We never have enough time in the working day to do all that we want, and email marketers are no exception. But how exactly are they spending their days? And are they using their time efficiently – balancing tactical and strategic actions that maximise results in the long run?
Spending over two hours per campaign on strategic actions must be beneficial as marketers look to refine and improve their approach. Financial Services and Retail score well here as they both spend time on strategy/planning, optimisation and reporting. Charities/government and NFP have to invest more time in these activities.
Fig 2. For a typical campaign, how many hours are spent internally on the following email related activities? (showing 2-8+ hours)
Likewise spending too much time on tactical actions may impact campaign results. Dwelling on the details may not be your best use of time, so use delegation and outsourcing to ensure your plan stays on track. Retailers are middle of the pack, and publishers come out on top here (as a lower score is best). This should definitely be an area where streamlining processes, and making them more efficient, should be a priority in order to focus more on strategy to improve performance in the long run.
Fig 3. For a typical campaign, how many hours are spent internally on the following email related activities? (showing 2-8+ hours)
Tip: Getting campaign time management right is a fine balancing act. Evaluating time spent on tactical and strategic activities - and looking for efficiency improvements – is vital.
This year’s Sector Report also measured the type of activities email marketers were undertaking. While Retailers and Travel & Leisure brands undertake a good spread of email practices, Publishers are the most consistent in their use of practices of any sector, topping the charts in six categories (and tied top in the seventh).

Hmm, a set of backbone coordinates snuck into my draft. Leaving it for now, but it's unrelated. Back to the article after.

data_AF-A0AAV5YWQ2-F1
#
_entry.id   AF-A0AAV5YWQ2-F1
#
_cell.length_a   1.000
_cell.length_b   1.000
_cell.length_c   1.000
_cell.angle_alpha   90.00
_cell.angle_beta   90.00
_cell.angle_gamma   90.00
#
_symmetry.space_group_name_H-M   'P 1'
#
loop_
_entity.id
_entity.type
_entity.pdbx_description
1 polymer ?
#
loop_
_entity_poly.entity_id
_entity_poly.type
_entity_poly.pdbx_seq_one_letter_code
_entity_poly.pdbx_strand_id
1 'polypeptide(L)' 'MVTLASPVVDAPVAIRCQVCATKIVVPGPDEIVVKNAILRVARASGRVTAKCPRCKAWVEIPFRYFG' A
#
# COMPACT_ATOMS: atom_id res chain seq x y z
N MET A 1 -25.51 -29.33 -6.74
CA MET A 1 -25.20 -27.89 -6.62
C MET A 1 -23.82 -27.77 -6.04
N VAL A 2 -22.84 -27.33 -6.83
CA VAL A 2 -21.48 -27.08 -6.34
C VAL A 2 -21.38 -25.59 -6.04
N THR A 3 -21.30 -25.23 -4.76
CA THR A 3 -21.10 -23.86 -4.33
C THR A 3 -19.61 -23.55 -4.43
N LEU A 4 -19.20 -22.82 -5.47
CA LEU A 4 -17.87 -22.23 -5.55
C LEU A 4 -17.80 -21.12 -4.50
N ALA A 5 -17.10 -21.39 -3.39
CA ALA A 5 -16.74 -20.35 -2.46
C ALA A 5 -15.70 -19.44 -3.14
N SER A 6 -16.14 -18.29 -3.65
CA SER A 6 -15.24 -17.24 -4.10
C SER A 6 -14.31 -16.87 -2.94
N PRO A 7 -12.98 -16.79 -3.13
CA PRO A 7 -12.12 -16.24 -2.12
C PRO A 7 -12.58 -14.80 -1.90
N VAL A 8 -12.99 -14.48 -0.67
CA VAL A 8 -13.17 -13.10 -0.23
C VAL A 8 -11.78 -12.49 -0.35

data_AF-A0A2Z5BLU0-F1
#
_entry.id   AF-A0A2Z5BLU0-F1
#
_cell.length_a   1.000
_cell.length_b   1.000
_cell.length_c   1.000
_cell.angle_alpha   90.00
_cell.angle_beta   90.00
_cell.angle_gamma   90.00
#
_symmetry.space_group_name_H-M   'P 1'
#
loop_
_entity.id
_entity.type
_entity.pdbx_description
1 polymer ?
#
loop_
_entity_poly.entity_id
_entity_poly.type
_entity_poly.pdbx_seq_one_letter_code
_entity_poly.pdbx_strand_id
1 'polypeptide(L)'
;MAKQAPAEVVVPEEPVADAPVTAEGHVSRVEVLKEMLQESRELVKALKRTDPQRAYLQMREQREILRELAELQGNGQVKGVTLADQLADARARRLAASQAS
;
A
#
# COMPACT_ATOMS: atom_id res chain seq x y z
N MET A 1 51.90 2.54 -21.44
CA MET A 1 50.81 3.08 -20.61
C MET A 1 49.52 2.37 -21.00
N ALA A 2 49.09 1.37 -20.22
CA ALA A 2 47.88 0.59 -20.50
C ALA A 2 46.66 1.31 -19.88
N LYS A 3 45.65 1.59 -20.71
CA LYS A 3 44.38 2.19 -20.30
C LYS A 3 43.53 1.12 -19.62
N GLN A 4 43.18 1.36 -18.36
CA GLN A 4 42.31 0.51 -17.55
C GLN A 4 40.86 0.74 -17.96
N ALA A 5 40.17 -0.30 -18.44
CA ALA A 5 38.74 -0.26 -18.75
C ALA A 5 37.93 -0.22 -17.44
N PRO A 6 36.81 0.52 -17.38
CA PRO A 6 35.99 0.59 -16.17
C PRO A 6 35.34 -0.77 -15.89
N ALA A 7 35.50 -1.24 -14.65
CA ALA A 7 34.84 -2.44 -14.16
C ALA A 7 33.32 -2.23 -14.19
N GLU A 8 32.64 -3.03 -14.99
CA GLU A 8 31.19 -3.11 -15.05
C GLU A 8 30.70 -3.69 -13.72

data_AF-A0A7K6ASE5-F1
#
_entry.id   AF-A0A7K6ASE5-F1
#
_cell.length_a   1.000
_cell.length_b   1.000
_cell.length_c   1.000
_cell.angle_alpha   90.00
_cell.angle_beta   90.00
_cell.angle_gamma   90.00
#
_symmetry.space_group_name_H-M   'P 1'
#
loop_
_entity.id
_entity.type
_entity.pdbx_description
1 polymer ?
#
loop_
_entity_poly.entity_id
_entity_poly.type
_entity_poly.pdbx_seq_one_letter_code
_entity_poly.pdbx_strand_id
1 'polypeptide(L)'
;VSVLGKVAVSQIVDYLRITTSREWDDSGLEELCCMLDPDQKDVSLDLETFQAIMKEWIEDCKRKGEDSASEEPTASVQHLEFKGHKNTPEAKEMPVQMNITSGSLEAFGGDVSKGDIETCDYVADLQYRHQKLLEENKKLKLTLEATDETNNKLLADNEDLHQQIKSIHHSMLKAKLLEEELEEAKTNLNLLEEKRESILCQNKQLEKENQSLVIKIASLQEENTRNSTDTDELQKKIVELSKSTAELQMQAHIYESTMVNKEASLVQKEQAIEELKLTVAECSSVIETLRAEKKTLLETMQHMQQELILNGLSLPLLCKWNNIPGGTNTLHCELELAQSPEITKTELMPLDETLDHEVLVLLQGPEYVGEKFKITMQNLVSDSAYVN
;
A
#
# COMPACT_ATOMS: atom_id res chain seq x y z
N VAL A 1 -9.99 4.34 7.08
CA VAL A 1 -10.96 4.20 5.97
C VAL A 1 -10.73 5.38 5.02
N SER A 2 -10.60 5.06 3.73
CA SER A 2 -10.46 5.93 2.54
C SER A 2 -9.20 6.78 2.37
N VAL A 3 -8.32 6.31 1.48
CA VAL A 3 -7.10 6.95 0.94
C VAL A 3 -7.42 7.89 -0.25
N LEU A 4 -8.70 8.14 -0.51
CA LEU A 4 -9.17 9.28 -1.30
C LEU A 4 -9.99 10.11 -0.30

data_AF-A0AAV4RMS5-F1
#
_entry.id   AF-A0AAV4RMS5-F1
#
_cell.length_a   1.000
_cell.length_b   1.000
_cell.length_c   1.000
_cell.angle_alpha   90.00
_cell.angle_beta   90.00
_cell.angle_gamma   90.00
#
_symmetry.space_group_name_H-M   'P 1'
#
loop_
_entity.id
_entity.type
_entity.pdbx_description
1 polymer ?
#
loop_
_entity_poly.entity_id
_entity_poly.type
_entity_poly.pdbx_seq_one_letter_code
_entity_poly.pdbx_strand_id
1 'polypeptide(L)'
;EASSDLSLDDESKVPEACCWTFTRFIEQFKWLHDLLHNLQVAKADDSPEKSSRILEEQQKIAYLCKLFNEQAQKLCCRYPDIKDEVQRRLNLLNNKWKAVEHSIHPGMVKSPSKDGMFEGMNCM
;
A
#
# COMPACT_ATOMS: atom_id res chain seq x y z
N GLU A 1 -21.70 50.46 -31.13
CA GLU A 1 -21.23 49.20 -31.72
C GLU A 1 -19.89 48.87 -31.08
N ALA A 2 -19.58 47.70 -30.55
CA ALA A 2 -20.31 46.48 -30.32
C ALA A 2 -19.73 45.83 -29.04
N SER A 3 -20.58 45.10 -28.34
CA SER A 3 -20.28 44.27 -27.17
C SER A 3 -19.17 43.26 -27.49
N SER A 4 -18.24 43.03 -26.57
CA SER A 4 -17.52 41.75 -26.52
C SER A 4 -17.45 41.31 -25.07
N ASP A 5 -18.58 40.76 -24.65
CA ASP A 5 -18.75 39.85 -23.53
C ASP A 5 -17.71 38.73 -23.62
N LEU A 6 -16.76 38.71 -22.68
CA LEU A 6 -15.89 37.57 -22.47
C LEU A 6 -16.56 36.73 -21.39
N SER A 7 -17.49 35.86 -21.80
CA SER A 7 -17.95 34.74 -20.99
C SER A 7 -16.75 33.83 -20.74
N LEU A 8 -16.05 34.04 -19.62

Retailers are in third place overall, coming top in two practices: Regular list cleansing, and Promoting customer ratings and reviews. They also scored highly in Basic segmentation and Re-marketing. However they undertake relatively little multichannel triggers, Use of video content, Lead nurturing and lead scoring.
Fig 4. Which practices are a part of your email marketing efforts?
What conclusions can marketers draw from this?
Firstly, know your audience and market. As publishers are producing the best ROI from email, we can safely assume the practices they are using are key in delivering this. Following the example of publishers, retailers should look to increase activity in a number of areas: multichannel triggers, advanced segmentation, content personalisation (beyond name), encouraging sharing content on social, optimising email for mobile, lifecycle programmes and lead nurturing.
Using and trying other practices is a good strategy to boost ROI, but there is always room for improvement in other areas too. For example, retailers say they only use 55% of their ESP’s services and functionality (against 70% for publishers) and they are happy with their email performance, but ROI has declined. Therefore, it seems logical that by using more practices and more of their ESP’s services and functionality, they could achieve a higher ROI.
Tip: Clearly, some practices are going to be more or less relevant for your sector - the key is to rank their relative importance to your organisation and then keep testing!
Retailers agree that the future of email marketing is exciting. Retailers feel more strongly than other sectors that email will still be one of the highest channels delivering ROI in five years’ time (88% said this). All sectors agreed that ‘Email will be fully integrated with other marketing channels’ with 70+% saying strongly or somewhat agree –retailers also felt the strongest on this point (89%).
Clearly email will not stay the same, and businesses that exploit the integration and automation possibilities over time will reap the benefits.
Email will continue to be a measurable, reliable, dependable channel for marketers that want to drive results. However, the level of return will increasingly depend on whether businesses manage email as merely a direct response channel, or as a central piece of the jigsaw for delivering personalised, integrated customer experiences.
Retailers have seen a drop in email ROI over the past year, as their investment in this channel takes some time to bear fruit. However, with a focus on more practices and an increased use of their ESP’s functionality, the retail sector may once again be the definitive hero.
Liz Smith is partnerships manager at Adestra [irdx vade]